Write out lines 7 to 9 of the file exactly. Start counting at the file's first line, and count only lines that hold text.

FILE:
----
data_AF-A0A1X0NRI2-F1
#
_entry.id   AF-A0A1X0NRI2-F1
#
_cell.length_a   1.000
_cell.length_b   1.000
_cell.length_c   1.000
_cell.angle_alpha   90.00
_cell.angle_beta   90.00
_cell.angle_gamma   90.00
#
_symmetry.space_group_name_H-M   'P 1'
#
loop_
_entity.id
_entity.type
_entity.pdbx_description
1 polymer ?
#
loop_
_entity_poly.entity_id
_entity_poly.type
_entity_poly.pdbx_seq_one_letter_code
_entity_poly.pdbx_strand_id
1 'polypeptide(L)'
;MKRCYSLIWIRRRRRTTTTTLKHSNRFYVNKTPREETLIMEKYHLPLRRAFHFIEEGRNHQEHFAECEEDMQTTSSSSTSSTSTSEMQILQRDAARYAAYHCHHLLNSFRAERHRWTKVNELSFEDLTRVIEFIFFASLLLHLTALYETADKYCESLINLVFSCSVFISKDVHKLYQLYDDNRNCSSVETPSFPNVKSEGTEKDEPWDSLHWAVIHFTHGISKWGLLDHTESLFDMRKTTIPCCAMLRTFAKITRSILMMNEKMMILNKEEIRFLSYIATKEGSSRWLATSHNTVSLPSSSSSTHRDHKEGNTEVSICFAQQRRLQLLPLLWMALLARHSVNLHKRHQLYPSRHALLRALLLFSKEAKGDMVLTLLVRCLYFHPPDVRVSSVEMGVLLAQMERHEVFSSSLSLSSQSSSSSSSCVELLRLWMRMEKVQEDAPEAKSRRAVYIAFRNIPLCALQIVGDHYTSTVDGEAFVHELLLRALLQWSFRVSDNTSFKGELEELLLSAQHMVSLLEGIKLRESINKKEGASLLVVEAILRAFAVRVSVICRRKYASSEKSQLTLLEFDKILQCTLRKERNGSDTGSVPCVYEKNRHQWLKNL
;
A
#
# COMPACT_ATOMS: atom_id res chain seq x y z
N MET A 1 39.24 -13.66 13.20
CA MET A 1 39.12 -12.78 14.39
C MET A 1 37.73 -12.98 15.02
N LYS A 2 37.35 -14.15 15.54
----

_cell.length_c   1.000
_cell.angle_alpha   90.00
_cell.angle_beta   90.00